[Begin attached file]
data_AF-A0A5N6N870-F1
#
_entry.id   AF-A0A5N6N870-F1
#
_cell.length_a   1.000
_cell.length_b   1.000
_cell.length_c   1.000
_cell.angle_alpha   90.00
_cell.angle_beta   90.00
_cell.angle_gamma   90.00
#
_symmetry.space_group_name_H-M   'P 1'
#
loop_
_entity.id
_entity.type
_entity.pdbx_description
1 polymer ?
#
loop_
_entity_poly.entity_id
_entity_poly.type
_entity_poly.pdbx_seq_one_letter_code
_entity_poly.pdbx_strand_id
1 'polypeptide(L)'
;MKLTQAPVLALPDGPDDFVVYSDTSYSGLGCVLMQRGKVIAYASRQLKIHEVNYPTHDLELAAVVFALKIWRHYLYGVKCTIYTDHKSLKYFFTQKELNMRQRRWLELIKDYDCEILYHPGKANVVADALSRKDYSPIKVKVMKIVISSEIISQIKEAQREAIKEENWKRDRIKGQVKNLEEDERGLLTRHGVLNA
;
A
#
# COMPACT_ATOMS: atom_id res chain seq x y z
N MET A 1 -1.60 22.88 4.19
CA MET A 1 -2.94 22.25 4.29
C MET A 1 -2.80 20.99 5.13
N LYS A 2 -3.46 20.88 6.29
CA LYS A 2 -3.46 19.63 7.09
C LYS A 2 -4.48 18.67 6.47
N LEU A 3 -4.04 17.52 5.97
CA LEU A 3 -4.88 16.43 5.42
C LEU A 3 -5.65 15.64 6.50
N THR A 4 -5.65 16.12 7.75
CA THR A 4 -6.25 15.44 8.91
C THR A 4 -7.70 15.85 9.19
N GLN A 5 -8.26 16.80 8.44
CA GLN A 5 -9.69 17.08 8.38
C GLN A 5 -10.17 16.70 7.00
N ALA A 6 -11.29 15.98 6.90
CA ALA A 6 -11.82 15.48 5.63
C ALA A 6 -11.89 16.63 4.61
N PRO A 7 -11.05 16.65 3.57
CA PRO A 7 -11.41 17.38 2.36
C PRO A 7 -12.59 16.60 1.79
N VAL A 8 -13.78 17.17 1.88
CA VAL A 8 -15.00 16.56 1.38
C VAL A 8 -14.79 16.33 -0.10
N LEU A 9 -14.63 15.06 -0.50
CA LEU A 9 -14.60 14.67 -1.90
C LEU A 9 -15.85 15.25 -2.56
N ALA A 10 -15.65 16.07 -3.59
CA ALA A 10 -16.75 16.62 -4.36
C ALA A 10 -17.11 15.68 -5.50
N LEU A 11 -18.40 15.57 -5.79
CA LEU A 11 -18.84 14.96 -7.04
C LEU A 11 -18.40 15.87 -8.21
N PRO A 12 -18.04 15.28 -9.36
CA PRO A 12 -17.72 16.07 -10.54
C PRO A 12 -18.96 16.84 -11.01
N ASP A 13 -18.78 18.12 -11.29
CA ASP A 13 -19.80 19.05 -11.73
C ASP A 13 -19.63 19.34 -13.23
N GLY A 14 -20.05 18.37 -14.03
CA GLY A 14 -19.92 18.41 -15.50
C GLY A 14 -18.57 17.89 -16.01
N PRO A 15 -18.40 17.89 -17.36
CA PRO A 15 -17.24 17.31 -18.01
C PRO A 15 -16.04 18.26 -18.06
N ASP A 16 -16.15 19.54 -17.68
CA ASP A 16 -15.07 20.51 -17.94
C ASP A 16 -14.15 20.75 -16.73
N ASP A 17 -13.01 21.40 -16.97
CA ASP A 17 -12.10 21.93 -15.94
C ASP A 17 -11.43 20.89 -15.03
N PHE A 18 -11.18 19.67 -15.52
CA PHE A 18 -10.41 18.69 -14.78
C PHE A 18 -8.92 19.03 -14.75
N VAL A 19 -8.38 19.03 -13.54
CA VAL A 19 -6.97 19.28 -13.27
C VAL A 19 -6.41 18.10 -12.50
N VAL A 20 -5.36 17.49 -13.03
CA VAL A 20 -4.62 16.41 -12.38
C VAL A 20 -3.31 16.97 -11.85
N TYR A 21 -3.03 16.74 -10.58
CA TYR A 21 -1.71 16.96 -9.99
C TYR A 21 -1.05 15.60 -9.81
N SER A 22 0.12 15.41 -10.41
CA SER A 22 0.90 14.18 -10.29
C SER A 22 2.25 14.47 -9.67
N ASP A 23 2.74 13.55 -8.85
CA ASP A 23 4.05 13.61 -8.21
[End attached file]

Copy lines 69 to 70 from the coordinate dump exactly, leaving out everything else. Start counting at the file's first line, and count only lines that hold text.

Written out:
C ASP A 13 -19.63 19.34 -13.23
N GLY A 14 -20.05 18.37 -14.03